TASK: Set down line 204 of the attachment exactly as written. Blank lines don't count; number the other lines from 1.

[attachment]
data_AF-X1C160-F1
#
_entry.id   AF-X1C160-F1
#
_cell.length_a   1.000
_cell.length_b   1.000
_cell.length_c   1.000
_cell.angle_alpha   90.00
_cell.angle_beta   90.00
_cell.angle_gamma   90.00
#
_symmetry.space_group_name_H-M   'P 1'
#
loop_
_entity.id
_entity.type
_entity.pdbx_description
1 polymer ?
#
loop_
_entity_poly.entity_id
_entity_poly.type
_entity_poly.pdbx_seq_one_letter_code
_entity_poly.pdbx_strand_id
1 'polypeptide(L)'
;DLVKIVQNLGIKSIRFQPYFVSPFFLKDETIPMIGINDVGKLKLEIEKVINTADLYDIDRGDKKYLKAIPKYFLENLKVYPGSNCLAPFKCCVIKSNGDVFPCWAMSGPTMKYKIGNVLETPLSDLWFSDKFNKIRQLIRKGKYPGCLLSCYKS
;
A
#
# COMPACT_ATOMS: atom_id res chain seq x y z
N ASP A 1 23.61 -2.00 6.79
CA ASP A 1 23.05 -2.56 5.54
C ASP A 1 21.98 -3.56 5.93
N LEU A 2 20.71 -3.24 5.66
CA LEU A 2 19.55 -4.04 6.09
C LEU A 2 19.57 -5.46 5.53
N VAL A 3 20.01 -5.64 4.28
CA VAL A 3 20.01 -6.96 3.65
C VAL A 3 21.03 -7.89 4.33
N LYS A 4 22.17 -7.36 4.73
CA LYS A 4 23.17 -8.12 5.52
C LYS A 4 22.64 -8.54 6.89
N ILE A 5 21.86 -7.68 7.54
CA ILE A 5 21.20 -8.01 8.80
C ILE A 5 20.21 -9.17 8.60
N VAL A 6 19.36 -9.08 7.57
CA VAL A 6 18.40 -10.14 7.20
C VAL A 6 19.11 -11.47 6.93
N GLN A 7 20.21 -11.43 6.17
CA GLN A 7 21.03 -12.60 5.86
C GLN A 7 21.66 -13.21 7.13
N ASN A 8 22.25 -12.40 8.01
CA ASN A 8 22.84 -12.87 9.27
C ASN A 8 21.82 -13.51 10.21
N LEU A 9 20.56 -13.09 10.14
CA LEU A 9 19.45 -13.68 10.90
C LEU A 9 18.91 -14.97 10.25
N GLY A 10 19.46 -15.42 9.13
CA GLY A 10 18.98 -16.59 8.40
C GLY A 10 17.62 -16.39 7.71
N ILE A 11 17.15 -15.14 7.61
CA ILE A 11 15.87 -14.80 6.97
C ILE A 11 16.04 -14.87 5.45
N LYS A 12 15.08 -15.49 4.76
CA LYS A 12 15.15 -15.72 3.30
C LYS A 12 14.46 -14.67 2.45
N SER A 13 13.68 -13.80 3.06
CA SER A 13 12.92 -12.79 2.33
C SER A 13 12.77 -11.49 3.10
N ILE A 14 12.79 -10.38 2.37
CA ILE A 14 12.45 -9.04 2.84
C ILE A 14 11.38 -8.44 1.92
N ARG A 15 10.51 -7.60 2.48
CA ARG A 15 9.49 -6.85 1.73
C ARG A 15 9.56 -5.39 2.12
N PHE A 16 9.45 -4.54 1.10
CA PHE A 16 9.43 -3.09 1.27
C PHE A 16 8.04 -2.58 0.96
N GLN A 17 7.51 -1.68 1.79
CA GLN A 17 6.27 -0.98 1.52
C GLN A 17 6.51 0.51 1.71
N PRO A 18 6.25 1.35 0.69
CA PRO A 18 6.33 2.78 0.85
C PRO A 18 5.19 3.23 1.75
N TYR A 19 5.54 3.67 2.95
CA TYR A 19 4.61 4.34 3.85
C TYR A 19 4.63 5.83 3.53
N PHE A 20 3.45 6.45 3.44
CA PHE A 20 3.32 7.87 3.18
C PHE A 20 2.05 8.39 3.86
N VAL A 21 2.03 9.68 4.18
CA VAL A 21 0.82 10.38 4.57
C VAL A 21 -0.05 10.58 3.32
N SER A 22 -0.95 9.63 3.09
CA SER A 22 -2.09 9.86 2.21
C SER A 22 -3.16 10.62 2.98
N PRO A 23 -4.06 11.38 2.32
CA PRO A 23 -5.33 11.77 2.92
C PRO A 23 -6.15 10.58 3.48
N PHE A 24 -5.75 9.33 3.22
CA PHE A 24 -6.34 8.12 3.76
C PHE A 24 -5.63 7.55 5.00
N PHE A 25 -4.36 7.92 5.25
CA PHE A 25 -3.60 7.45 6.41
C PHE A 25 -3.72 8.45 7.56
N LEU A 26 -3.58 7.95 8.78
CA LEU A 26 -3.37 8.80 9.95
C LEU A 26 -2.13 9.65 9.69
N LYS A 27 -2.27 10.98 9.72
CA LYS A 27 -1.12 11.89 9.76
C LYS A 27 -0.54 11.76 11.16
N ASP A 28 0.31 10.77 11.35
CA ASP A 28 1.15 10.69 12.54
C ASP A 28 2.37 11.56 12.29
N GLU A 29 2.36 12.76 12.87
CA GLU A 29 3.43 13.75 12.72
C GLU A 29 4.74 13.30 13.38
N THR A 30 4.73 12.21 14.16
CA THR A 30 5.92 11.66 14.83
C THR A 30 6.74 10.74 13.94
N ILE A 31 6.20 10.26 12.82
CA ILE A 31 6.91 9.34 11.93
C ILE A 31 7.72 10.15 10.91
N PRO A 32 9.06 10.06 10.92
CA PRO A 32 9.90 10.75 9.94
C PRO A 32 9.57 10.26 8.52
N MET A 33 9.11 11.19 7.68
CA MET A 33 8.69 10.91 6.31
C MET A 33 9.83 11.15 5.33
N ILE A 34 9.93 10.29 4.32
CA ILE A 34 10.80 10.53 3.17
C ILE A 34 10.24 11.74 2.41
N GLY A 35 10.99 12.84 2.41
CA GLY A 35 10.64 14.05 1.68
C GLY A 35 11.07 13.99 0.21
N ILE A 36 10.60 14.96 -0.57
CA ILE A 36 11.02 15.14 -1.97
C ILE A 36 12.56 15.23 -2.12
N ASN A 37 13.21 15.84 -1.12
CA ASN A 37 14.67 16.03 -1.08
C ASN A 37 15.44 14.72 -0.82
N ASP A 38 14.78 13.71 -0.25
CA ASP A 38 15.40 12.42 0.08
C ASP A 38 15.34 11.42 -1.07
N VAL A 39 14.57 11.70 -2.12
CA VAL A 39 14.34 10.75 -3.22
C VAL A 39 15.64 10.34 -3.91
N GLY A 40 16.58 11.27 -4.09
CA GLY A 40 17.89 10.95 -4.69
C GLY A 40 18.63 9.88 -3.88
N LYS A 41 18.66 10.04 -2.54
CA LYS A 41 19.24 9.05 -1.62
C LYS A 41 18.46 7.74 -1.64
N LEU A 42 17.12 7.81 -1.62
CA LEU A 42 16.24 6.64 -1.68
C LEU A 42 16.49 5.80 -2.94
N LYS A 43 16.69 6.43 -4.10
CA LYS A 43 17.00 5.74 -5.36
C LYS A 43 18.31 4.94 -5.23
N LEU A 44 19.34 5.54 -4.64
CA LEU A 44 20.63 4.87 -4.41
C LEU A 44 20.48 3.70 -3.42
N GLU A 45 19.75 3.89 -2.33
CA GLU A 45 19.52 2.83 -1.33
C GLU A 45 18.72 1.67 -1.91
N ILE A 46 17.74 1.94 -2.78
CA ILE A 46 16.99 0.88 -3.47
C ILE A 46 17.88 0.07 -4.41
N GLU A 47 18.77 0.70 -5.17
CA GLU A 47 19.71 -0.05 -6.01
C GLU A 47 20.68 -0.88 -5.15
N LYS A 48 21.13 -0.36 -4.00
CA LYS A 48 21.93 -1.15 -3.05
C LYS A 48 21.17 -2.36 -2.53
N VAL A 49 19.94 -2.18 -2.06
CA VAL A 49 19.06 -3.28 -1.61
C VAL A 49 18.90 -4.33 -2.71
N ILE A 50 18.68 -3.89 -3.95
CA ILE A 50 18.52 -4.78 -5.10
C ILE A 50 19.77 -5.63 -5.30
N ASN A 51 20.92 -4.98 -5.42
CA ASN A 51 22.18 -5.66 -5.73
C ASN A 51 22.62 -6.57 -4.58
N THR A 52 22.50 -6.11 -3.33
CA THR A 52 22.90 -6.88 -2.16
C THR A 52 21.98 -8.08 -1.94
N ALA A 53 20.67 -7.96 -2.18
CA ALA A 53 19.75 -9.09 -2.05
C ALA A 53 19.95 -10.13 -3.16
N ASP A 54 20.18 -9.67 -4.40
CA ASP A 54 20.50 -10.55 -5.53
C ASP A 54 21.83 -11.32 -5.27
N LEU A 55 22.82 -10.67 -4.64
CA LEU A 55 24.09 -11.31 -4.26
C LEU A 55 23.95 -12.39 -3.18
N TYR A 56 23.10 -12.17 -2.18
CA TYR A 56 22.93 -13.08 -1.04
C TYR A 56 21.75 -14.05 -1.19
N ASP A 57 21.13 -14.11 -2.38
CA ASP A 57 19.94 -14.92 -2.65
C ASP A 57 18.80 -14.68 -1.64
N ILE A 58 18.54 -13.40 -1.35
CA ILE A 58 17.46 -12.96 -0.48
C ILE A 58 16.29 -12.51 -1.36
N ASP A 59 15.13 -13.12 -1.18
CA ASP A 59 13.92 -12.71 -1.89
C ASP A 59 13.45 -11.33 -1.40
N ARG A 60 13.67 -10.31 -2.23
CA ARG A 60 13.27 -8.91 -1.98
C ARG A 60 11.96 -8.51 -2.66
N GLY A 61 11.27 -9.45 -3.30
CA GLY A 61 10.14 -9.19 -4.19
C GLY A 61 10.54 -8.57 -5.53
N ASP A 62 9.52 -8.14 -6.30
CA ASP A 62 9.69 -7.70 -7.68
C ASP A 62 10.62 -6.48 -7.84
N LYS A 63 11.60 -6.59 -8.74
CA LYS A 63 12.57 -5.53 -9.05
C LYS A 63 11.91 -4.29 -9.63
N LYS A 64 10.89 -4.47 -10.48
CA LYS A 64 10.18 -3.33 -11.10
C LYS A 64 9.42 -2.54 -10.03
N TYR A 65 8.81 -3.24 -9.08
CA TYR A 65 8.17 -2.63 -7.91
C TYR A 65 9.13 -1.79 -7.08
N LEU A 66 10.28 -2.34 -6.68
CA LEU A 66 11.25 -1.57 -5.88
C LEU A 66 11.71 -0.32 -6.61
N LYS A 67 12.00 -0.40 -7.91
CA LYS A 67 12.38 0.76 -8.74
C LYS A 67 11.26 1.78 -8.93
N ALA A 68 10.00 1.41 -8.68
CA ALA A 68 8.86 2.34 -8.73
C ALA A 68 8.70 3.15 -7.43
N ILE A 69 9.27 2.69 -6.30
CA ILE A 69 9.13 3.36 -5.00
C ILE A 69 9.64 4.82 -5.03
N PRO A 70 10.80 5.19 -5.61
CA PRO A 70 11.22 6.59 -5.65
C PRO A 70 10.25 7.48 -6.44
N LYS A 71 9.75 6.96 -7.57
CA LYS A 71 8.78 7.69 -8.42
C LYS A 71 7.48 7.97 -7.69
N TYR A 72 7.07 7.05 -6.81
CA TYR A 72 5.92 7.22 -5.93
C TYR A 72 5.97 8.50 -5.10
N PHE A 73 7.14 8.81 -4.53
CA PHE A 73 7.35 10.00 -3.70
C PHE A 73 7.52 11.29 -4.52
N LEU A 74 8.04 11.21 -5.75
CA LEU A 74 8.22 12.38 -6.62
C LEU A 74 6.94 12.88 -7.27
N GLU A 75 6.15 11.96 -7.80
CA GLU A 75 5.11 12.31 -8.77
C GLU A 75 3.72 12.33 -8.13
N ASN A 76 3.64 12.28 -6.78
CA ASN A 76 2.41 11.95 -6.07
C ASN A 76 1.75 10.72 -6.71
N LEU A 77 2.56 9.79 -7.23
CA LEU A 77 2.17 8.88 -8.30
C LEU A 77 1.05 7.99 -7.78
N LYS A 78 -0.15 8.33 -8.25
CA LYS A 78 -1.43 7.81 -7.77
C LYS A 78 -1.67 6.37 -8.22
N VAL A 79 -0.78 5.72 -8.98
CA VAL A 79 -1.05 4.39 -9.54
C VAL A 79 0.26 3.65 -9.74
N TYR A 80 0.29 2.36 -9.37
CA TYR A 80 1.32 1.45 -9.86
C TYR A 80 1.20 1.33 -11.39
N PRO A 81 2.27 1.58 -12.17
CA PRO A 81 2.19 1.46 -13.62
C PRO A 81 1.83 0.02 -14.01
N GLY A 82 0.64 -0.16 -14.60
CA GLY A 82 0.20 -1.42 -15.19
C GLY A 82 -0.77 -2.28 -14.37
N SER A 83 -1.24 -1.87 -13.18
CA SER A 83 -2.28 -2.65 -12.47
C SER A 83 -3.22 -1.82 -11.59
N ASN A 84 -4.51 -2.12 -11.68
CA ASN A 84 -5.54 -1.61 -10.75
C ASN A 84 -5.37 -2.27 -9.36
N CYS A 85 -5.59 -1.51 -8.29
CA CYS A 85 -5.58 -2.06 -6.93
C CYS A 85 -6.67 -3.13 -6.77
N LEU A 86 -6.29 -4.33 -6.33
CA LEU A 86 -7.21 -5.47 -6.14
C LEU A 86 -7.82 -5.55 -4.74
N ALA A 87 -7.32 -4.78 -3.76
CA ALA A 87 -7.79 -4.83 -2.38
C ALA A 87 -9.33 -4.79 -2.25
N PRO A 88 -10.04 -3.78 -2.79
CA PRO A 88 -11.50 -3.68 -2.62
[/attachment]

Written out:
C ILE A 58 16.29 -12.51 -1.36